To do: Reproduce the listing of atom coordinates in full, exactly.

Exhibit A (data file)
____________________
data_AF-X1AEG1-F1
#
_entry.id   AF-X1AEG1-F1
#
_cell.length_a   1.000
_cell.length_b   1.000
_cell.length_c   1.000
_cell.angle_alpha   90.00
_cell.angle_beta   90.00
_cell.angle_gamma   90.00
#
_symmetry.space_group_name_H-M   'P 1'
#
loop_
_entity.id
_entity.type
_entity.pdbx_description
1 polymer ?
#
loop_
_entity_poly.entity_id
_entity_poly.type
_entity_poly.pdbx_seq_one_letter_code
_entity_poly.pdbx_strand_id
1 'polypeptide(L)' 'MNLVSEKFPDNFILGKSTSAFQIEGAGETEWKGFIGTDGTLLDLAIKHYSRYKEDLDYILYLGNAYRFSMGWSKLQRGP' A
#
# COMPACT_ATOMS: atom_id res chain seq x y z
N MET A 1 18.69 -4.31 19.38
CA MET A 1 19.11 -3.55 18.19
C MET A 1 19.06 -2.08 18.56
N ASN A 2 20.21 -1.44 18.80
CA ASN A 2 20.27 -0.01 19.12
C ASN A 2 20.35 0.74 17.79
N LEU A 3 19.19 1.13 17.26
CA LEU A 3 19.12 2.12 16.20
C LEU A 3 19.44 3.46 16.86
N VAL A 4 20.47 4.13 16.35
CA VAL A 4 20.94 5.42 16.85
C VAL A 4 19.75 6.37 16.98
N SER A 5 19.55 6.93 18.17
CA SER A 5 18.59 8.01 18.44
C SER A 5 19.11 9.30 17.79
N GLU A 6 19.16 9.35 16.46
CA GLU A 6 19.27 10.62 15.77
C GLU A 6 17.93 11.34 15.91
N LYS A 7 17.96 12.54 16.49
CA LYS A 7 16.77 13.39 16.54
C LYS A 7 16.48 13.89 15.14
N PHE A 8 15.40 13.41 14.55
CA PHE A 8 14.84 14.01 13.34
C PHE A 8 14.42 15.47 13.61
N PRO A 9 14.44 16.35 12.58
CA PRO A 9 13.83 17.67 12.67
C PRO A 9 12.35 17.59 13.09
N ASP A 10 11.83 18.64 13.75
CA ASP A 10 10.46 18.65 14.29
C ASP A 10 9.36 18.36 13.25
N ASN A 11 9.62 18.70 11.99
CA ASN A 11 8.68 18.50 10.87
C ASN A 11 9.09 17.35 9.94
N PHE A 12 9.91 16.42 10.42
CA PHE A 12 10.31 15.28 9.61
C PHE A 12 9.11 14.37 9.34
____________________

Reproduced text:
data_AF-X1AEG1-F1
#
_entry.id   AF-X1AEG1-F1
#
_cell.length_a   1.000
_cell.length_b   1.000
_cell.length_c   1.000
_cell.angle_alpha   90.00
_cell.angle_beta   90.00
_cell.angle_gamma   90.00
#
_symmetry.space_group_name_H-M   'P 1'
#
loop_
_entity.id
_entity.type
_entity.pdbx_description
1 polymer ?
#
loop_
_entity_poly.entity_id
_entity_poly.type
_entity_poly.pdbx_seq_one_letter_code
_entity_poly.pdbx_strand_id
1 'polypeptide(L)' 'MNLVSEKFPDNFILGKSTSAFQIEGAGETEWKGFIGTDGTLLDLAIKHYSRYKEDLDYILYLGNAYRFSMGWSKLQRGP' A
#
# COMPACT_ATOMS: atom_id res chain seq x y z
N MET A 1 18.69 -4.31 19.38
CA MET A 1 19.11 -3.55 18.19
C MET A 1 19.06 -2.08 18.56
N ASN A 2 20.21 -1.44 18.80
CA ASN A 2 20.27 -0.01 19.12
C ASN A 2 20.35 0.74 17.79
N LEU A 3 19.19 1.13 17.26
CA LEU A 3 19.12 2.12 16.20
C LEU A 3 19.44 3.46 16.86
N VAL A 4 20.47 4.13 16.35
CA VAL A 4 20.94 5.42 16.85
C VAL A 4 19.75 6.37 16.98
N SER A 5 19.55 6.93 18.17
CA SER A 5 18.59 8.01 18.44
C SER A 5 19.11 9.30 17.79
N GLU A 6 19.16 9.35 16.46
CA GLU A 6 19.27 10.62 15.77
C GLU A 6 17.93 11.34 15.91
N LYS A 7 17.96 12.54 16.49
CA LYS A 7 16.77 13.39 16.54
C LYS A 7 16.48 13.89 15.14
N PHE A 8 15.40 13.41 14.55
CA PHE A 8 14.84 14.01 13.34
C PHE A 8 14.42 15.47 13.61
N PRO A 9 14.44 16.35 12.58
CA PRO A 9 13.83 17.67 12.67
C PRO A 9 12.35 17.59 13.09
N ASP A 10 11.83 18.64 13.75
CA ASP A 10 10.46 18.65 14.29
C ASP A 10 9.36 18.36 13.25
N ASN A 11 9.62 18.70 11.99
CA ASN A 11 8.68 18.50 10.87
C ASN A 11 9.09 17.35 9.94
N PHE A 12 9.91 16.42 10.42
CA PHE A 12 10.31 15.28 9.61
C PHE A 12 9.11 14.37 9.34